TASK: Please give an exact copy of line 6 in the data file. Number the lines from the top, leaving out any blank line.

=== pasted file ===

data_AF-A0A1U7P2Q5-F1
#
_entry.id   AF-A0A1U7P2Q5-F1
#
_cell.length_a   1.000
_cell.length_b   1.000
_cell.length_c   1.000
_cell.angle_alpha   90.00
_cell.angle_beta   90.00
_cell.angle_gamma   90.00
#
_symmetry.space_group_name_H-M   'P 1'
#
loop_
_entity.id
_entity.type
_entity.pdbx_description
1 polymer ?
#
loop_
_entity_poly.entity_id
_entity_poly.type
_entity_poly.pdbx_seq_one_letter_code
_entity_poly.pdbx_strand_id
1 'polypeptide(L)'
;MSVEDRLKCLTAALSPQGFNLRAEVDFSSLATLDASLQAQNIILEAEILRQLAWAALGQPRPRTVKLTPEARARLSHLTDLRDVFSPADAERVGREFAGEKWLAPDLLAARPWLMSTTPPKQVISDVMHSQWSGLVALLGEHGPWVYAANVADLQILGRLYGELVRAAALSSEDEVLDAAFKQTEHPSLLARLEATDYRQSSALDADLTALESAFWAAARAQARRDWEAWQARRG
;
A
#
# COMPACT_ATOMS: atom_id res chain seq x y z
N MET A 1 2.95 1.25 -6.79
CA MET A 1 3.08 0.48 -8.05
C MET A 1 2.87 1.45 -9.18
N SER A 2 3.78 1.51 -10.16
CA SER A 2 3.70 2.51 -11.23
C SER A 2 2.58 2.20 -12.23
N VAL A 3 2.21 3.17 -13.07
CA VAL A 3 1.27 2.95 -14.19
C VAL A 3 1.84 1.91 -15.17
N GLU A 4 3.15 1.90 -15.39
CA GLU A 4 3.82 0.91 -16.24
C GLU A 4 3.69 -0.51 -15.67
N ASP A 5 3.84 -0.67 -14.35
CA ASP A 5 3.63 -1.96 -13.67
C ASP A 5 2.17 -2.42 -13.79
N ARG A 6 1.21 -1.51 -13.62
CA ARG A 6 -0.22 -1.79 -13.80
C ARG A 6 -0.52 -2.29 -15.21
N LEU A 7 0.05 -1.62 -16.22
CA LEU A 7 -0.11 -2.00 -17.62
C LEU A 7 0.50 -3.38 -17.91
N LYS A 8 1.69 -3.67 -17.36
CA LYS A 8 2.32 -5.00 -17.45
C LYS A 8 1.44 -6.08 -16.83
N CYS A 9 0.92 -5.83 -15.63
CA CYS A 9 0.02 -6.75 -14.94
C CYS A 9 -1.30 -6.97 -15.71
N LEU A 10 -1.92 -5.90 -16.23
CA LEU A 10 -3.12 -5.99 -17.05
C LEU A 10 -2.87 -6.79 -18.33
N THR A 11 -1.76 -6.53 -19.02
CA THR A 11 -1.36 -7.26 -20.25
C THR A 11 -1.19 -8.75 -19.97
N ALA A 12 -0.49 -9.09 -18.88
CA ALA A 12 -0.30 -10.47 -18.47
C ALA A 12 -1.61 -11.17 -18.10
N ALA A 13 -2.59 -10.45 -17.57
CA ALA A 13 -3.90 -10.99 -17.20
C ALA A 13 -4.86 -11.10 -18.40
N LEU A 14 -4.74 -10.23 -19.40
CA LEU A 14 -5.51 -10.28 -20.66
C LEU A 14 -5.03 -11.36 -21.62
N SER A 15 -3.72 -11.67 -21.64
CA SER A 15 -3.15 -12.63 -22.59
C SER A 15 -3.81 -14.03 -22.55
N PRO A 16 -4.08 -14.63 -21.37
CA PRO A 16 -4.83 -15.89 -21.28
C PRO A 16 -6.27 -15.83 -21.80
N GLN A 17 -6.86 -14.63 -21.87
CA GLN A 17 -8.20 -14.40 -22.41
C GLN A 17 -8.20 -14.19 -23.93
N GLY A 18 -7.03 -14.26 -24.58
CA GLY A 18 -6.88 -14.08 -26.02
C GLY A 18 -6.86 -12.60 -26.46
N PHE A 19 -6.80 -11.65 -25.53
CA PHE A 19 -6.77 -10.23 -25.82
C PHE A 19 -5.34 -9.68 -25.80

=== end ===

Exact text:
_cell.length_b   1.000